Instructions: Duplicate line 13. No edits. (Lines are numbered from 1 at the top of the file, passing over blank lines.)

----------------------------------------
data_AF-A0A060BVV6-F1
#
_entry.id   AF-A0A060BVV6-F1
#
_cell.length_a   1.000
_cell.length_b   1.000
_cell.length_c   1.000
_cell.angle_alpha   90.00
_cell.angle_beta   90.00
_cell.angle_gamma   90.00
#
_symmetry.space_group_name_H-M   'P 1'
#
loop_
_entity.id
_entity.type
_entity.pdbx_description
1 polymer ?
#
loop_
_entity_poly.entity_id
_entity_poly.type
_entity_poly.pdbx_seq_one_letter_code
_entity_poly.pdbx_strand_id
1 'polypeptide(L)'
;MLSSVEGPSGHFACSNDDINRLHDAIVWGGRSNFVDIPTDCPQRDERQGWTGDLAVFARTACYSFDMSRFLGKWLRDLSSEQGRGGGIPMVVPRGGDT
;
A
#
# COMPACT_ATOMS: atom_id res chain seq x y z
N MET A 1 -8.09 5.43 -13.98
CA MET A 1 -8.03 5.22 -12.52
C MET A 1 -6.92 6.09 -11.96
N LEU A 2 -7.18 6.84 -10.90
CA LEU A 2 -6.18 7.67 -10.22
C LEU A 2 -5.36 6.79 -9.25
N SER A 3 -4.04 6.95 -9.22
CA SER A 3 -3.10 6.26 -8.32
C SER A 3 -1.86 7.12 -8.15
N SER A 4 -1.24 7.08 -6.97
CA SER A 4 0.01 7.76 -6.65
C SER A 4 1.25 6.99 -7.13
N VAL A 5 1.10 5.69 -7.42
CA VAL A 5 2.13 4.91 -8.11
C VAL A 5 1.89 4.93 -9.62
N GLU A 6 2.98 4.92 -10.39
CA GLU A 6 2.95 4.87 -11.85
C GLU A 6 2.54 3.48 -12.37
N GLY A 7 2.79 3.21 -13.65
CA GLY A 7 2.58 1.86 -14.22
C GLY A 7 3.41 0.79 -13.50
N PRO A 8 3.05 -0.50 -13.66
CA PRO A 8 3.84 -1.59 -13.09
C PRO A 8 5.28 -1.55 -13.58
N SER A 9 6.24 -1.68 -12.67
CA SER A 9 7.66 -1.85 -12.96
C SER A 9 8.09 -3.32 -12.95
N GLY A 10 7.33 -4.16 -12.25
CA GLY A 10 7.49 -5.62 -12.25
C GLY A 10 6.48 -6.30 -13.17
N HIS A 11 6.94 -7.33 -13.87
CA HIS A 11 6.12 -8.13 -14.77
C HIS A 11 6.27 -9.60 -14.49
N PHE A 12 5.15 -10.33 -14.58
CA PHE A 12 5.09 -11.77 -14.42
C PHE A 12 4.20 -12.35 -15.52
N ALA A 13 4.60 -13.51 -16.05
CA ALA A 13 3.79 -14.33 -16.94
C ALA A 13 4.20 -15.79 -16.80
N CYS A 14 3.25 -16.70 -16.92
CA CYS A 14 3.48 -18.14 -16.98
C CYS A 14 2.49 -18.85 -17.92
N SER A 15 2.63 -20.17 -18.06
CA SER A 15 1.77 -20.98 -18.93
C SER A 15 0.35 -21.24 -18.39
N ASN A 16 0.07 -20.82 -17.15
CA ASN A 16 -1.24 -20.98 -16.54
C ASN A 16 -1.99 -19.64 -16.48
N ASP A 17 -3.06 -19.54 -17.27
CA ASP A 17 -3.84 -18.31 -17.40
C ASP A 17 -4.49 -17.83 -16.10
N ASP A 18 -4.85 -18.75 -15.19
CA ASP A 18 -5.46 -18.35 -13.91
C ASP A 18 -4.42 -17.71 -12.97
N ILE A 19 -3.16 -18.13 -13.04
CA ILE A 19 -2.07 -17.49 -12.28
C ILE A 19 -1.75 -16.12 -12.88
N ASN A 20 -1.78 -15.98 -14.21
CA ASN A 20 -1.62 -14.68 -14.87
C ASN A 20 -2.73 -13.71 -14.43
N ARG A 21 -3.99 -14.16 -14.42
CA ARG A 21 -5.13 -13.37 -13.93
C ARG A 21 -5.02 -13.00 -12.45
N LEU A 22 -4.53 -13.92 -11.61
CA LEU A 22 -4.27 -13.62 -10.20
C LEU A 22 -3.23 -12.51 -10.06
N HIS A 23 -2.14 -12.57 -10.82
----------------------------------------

#